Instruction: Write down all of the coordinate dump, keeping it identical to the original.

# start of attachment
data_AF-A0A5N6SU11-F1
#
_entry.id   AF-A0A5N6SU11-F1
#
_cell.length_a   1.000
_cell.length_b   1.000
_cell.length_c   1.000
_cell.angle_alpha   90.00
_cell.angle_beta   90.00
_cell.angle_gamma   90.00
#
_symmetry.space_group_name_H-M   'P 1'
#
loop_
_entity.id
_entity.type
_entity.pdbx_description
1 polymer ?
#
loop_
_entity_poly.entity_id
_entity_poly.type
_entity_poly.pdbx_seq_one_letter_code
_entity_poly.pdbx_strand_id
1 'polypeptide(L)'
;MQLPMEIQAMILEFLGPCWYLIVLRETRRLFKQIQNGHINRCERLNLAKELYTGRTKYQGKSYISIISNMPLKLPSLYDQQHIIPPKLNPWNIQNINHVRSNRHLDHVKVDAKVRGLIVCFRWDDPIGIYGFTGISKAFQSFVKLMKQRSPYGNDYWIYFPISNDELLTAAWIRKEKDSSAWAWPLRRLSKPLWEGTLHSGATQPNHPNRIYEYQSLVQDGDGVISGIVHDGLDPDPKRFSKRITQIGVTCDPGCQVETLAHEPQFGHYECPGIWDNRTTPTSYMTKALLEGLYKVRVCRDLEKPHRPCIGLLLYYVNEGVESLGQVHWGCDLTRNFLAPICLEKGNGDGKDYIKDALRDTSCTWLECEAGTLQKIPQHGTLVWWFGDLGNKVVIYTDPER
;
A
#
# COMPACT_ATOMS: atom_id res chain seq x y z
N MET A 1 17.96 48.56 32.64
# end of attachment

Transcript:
data_AF-A0A5N6SU11-F1
#
_entry.id   AF-A0A5N6SU11-F1
#
_cell.length_a   1.000
_cell.length_b   1.000
_cell.length_c   1.000
_cell.angle_alpha   90.00
_cell.angle_beta   90.00
_cell.angle_gamma   90.00
#
_symmetry.space_group_name_H-M   'P 1'
#
loop_
_entity.id
_entity.type
_entity.pdbx_description
1 polymer ?
#
loop_
_entity_poly.entity_id
_entity_poly.type
_entity_poly.pdbx_seq_one_letter_code
_entity_poly.pdbx_strand_id
1 'polypeptide(L)'
;MQLPMEIQAMILEFLGPCWYLIVLRETRRLFKQIQNGHINRCERLNLAKELYTGRTKYQGKSYISIISNMPLKLPSLYDQQHIIPPKLNPWNIQNINHVRSNRHLDHVKVDAKVRGLIVCFRWDDPIGIYGFTGISKAFQSFVKLMKQRSPYGNDYWIYFPISNDELLTAAWIRKEKDSSAWAWPLRRLSKPLWEGTLHSGATQPNHPNRIYEYQSLVQDGDGVISGIVHDGLDPDPKRFSKRITQIGVTCDPGCQVETLAHEPQFGHYECPGIWDNRTTPTSYMTKALLEGLYKVRVCRDLEKPHRPCIGLLLYYVNEGVESLGQVHWGCDLTRNFLAPICLEKGNGDGKDYIKDALRDTSCTWLECEAGTLQKIPQHGTLVWWFGDLGNKVVIYTDPER
;
A
#
# COMPACT_ATOMS: atom_id res chain seq x y z
N MET A 1 17.96 48.56 32.64